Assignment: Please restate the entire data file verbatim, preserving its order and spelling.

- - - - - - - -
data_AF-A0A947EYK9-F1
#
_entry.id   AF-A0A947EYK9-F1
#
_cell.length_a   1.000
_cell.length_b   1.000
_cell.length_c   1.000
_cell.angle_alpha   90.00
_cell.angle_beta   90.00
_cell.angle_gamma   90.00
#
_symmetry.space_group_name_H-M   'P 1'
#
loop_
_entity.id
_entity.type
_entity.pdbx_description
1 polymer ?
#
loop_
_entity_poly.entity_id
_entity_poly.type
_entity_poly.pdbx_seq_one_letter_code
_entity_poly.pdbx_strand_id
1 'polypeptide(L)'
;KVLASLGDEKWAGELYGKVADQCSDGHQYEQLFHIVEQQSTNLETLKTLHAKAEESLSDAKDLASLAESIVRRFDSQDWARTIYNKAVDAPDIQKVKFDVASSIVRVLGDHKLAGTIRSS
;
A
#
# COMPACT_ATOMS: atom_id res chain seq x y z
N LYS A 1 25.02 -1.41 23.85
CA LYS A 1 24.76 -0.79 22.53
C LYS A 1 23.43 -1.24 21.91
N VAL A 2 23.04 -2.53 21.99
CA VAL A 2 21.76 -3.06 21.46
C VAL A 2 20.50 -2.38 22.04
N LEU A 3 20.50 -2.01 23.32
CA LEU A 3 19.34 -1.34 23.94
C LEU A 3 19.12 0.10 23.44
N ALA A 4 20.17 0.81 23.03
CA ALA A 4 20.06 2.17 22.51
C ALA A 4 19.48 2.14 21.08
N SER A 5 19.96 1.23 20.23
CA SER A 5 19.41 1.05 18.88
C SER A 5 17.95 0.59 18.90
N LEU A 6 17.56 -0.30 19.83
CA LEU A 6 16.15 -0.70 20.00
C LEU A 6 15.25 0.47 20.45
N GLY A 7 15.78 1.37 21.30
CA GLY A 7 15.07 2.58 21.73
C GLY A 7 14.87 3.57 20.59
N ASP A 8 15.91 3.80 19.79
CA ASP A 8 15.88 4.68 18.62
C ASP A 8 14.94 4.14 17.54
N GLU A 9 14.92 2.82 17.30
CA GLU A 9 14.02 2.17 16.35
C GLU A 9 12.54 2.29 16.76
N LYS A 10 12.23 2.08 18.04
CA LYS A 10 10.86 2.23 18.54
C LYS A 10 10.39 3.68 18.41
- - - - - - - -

data_AF-A0A947EYK9-F1
#
_entry.id   AF-A0A947EYK9-F1
#
_cell.length_a   1.000
_cell.length_b   1.000
_cell.length_c   1.000
_cell.angle_alpha   90.00
_cell.angle_beta   90.00
_cell.angle_gamma   90.00
#
_symmetry.space_group_name_H-M   'P 1'
#
loop_
_entity.id
_entity.type
_entity.pdbx_description
1 polymer ?
#
loop_
_entity_poly.entity_id
_entity_poly.type
_entity_poly.pdbx_seq_one_letter_code
_entity_poly.pdbx_strand_id
1 'polypeptide(L)'
;KVLASLGDEKWAGELYGKVADQCSDGHQYEQLFHIVEQQSTNLETLKTLHAKAEESLSDAKDLASLAESIVRRFDSQDWARTIYNKAVDAPDIQKVKFDVASSIVRVLGDHKLAGTIRSS
;
A
#
# COMPACT_ATOMS: atom_id res chain seq x y z
N LYS A 1 25.02 -1.41 23.85
CA LYS A 1 24.76 -0.79 22.53
C LYS A 1 23.43 -1.24 21.91
N VAL A 2 23.04 -2.53 21.99
CA VAL A 2 21.76 -3.06 21.46
C VAL A 2 20.50 -2.38 22.04
N LEU A 3 20.50 -2.01 23.32
CA LEU A 3 19.34 -1.34 23.94
C LEU A 3 19.12 0.10 23.44
N ALA A 4 20.17 0.81 23.03
CA ALA A 4 20.06 2.17 22.51
C ALA A 4 19.48 2.14 21.08
N SER A 5 19.96 1.23 20.23
CA SER A 5 19.41 1.05 18.88
C SER A 5 17.95 0.59 18.90
N LEU A 6 17.56 -0.30 19.83
CA LEU A 6 16.15 -0.70 20.00
C LEU A 6 15.25 0.47 20.45
N GLY A 7 15.78 1.37 21.30
CA GLY A 7 15.07 2.58 21.73
C GLY A 7 14.87 3.57 20.59
N ASP A 8 15.91 3.80 19.79
CA ASP A 8 15.88 4.68 18.62
C ASP A 8 14.94 4.14 17.54
N GLU A 9 14.92 2.82 17.30
CA GLU A 9 14.02 2.17 16.35
C GLU A 9 12.54 2.29 16.76
N LYS A 10 12.23 2.08 18.04
CA LYS A 10 10.86 2.23 18.54
C LYS A 10 10.39 3.68 18.41